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How2become employed in your ideal job – volunteer for charity to boost your CV and improve your career prospects
Volunteering is a great way to contribute to an organisation or a cause you believe in, but volunteering with a charity need not be a purely charitable venture. Indeed, it rarely really is.
Not only can volunteering be highly rewarding emotionally, but it can also be beneficial in material terms. Volunteering help you gain valuable experience of working in a professional environment and can help you to acquire various transferable skills – through direct experience alongside coaching from supervisors if not full, formal on-the-job training. Volunteering also goes some way towards helping you gain general life experience with the opportunity to meet and socialise with all kinds of people who you may not have otherwise met in your day-to-day life.
Volunteering does, however, offer its best rewards in less tangible forms. But the fact remains that volunteering for charity can give your CV the boost it needs to set you apart from other job applicants.
Volunteering for charity is evidence of a certain drive and passion – whether it is towards the cause that the charity works for or simply for doing the type of work that your volunteering position involved. Drive, passion and enthusiasm are personal qualities highly sought-after by most employers and recruiters, irrespective of the company, sector, industry, etc.
Taking the initiative to volunteer with a charity also shows that you have leadership skills because you have the inner spark necessary to go out and do something even without the common incentive of direct monetary reward, and if you have this spark of self-motivation then you probably also have what it takes to coach and motivate other people.
Volunteering also illustrates a certain amount of independence of thought and action, which is generally another valued personal trait that most employers appreciate. After all, nothing speaks more about your independence, initiative and passion like teaching in a school in a remote village on the other side of the world while volunteering for a charity. And if it’s a local Birmingham charity you’re supporting that shows teamwork, commitment and reliability. It’s a win win scenario!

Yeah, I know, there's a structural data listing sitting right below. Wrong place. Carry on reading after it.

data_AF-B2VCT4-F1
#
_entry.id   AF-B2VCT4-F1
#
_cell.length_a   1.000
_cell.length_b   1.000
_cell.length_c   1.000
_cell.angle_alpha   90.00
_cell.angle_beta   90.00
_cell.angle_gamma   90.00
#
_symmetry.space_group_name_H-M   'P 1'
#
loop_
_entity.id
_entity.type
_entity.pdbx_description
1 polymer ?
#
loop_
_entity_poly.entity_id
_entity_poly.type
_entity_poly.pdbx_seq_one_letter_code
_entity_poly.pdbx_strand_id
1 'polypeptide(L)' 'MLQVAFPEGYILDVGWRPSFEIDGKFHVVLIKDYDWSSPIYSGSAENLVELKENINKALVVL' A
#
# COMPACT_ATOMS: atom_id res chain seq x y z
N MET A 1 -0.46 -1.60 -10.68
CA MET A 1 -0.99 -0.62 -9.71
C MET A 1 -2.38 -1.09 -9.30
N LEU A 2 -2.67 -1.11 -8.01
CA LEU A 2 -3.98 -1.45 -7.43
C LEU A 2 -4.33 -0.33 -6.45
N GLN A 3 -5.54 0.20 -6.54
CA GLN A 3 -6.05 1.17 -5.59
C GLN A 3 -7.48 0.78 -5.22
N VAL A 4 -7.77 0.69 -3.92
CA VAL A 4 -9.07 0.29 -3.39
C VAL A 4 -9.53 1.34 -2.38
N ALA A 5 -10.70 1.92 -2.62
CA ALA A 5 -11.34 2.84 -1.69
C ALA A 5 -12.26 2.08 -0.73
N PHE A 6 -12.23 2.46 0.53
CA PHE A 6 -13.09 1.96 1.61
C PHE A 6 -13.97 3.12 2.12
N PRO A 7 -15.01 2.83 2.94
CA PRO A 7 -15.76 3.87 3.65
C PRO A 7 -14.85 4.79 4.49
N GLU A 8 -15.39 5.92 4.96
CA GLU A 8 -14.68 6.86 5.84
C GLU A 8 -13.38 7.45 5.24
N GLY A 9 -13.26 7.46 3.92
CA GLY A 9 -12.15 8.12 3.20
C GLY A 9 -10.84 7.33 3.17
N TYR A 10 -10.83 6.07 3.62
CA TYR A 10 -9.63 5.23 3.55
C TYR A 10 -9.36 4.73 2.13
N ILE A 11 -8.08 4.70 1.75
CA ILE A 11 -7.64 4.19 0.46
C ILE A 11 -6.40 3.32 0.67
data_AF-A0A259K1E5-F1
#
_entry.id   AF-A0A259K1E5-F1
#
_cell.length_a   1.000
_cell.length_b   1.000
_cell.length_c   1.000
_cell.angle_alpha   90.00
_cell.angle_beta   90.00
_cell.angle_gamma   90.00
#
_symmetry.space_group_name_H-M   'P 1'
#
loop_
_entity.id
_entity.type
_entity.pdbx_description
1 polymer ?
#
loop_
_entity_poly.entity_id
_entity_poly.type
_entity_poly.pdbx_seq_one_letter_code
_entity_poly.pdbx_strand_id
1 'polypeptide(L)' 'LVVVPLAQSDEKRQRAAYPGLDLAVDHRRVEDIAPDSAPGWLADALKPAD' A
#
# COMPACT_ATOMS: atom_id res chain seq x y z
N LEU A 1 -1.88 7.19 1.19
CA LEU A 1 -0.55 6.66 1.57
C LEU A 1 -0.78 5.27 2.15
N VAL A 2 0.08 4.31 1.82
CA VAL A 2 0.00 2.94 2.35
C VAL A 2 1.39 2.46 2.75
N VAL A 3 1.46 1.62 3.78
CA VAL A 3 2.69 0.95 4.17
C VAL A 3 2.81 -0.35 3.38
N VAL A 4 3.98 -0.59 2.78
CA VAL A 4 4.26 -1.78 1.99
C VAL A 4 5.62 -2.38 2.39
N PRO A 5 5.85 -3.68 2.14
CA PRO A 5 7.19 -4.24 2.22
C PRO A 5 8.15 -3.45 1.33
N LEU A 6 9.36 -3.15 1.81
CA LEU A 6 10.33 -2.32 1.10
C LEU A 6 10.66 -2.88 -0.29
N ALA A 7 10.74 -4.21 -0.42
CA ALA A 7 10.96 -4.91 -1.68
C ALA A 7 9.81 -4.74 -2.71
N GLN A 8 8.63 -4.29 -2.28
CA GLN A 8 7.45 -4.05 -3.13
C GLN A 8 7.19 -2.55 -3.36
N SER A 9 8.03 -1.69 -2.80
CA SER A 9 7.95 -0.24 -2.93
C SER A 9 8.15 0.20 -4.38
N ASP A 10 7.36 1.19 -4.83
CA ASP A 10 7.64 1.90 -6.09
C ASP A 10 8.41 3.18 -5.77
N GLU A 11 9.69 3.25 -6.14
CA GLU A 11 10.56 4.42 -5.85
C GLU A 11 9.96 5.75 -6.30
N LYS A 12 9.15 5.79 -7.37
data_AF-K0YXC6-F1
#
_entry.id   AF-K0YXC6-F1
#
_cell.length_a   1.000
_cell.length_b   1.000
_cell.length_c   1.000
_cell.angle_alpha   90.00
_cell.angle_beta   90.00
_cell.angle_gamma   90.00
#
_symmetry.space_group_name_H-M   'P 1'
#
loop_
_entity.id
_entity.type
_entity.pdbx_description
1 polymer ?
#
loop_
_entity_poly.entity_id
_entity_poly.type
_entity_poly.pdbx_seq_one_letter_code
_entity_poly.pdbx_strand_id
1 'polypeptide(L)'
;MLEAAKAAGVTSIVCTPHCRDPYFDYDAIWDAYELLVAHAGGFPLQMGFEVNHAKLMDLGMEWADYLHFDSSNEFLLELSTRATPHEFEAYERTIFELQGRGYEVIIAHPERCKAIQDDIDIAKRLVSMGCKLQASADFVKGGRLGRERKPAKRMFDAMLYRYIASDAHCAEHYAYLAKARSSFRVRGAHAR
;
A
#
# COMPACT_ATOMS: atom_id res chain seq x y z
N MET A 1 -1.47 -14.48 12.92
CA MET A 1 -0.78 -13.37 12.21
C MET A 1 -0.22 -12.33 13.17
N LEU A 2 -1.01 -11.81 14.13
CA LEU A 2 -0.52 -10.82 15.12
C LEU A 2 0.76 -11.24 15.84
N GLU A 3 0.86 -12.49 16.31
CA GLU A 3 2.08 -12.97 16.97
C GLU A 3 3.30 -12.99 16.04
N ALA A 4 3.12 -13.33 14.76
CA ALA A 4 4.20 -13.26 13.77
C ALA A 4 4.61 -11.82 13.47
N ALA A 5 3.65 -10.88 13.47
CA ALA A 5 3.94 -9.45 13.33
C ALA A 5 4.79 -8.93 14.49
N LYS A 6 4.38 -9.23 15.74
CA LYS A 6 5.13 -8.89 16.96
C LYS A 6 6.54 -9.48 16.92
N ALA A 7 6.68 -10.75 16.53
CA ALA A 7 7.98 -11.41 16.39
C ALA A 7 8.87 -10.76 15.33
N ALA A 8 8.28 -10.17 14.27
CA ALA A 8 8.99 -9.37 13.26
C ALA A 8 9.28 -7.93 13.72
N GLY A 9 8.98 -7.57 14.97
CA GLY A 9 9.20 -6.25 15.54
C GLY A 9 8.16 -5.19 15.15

Experience of volunteering can help you gain various invaluable skills and brings extensive valuable experience your way, even if you’re not the adventurous type. Volunteering for a charity, whether at home or abroad, be it indoors or outdoors, for human rights or animal welfare or any other charitable cause, shows a certain mentality that employers highly desire and helps you to gain practical transferrable skills for the workplace too.
One skill you stand to gain through volunteering is teamworking. Volunteering can improve your ability to work within a team and as part of a group with a common aim or common cause as the group’s mission or objective. In fact, the feeling of solidarity and team spirit is especially strong within charity organisations, and this important quality is very well honed and improved during a typical volunteering work placement.
Working with a charity can also be a great confidence booster. It can give you a sense of belonging from which you can improve your general confidence, energy levels and communication skills – all traits which happen to be highly valued qualities for nearly all job roles available in the UK today. Indeed, volunteering is a great way to get your foot in the door, to the professional world and possibly to the industry that you most wish to work in. Even if you’re a mature volunteer with decades of work experience behind you, volunteering can help you bridge the gap between the kind of paid work you do today and the kind you’d like to start doing, provided of course that your volunteering job is within the industry that you seek to migrate into.
Indeed, by volunteering – devoting your time and skills to a cause you believe in – all the while picking up important skills – you can structure your experience-building activity in such a way that you volunteer within the locale or industrial sector that you’re most interested in working with professionally and this can be especially useful for your future career trajectory.
These are just some qualities and skills obtainable via volunteering for the charity of your choice. Depending on the type of work you choose to do and where you work, etc, you may learn various other skills not mentioned here, and you may really enjoy your volunteering experience. Still, the fact remains that in the highly competitive global workforce market that we live with and often try to work in today, it is these additional skills and experiences that make you stand out from the crowd, to get that job you want and improve your career prospects for a more fruitful lifestyle.
About the author: Richard has been contributing to Charityzine since March 2013. As the founder of How2become, one of the UK’s leading training and recruitment websites for public sector careers, Richard’s current career mission is to provide job applicants with the knowledge they need to prepare for and pass selection processes for careers in the police, fire service, ambulance service and other major public sector bodies as well as charities and third sector organisations. The website currently offers over 150 publication titles. You can also find How2become on Facebook.